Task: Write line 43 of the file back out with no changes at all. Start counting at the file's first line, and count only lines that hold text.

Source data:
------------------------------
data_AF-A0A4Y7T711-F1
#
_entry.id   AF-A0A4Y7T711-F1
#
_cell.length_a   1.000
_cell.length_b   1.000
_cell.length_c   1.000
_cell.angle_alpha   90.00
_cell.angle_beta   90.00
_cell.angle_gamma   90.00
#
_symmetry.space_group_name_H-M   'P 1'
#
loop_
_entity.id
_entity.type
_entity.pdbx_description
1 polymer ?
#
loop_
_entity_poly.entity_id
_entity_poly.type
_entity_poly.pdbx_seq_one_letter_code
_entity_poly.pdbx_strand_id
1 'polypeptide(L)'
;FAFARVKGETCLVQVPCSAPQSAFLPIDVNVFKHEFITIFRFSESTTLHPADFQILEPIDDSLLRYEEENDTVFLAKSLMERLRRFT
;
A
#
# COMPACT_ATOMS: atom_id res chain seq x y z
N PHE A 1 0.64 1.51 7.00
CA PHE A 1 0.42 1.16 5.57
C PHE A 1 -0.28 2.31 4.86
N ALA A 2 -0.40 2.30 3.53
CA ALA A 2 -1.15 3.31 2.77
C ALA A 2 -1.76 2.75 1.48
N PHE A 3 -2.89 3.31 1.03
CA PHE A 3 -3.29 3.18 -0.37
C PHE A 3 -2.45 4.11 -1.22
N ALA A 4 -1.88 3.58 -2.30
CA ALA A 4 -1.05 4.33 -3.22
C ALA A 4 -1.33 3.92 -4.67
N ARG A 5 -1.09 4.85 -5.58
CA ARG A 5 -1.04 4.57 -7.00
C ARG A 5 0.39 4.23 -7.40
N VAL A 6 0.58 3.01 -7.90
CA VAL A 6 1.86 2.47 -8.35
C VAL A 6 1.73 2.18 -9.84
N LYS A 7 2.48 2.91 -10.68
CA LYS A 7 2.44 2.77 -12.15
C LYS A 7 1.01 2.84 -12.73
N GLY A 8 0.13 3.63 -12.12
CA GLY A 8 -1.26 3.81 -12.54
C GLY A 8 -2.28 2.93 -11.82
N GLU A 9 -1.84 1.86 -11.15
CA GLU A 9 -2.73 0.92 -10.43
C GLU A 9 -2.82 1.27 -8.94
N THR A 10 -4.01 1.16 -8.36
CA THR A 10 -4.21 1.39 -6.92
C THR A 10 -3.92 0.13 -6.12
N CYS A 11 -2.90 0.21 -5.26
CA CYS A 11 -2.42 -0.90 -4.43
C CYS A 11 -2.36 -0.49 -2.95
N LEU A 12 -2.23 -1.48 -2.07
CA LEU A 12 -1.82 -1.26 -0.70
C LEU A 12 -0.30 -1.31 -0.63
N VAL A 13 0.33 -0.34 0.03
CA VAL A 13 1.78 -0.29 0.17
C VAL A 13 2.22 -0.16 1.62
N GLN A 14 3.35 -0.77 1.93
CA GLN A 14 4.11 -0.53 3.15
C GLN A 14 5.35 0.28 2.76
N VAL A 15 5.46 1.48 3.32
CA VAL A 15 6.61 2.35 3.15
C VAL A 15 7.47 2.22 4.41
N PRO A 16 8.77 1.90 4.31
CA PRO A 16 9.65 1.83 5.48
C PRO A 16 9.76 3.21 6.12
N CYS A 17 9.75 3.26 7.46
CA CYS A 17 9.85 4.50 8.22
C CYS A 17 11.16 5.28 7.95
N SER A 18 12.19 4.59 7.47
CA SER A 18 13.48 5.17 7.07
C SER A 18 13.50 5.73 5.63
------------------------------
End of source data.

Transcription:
N ARG A 5 -1.09 4.85 -5.58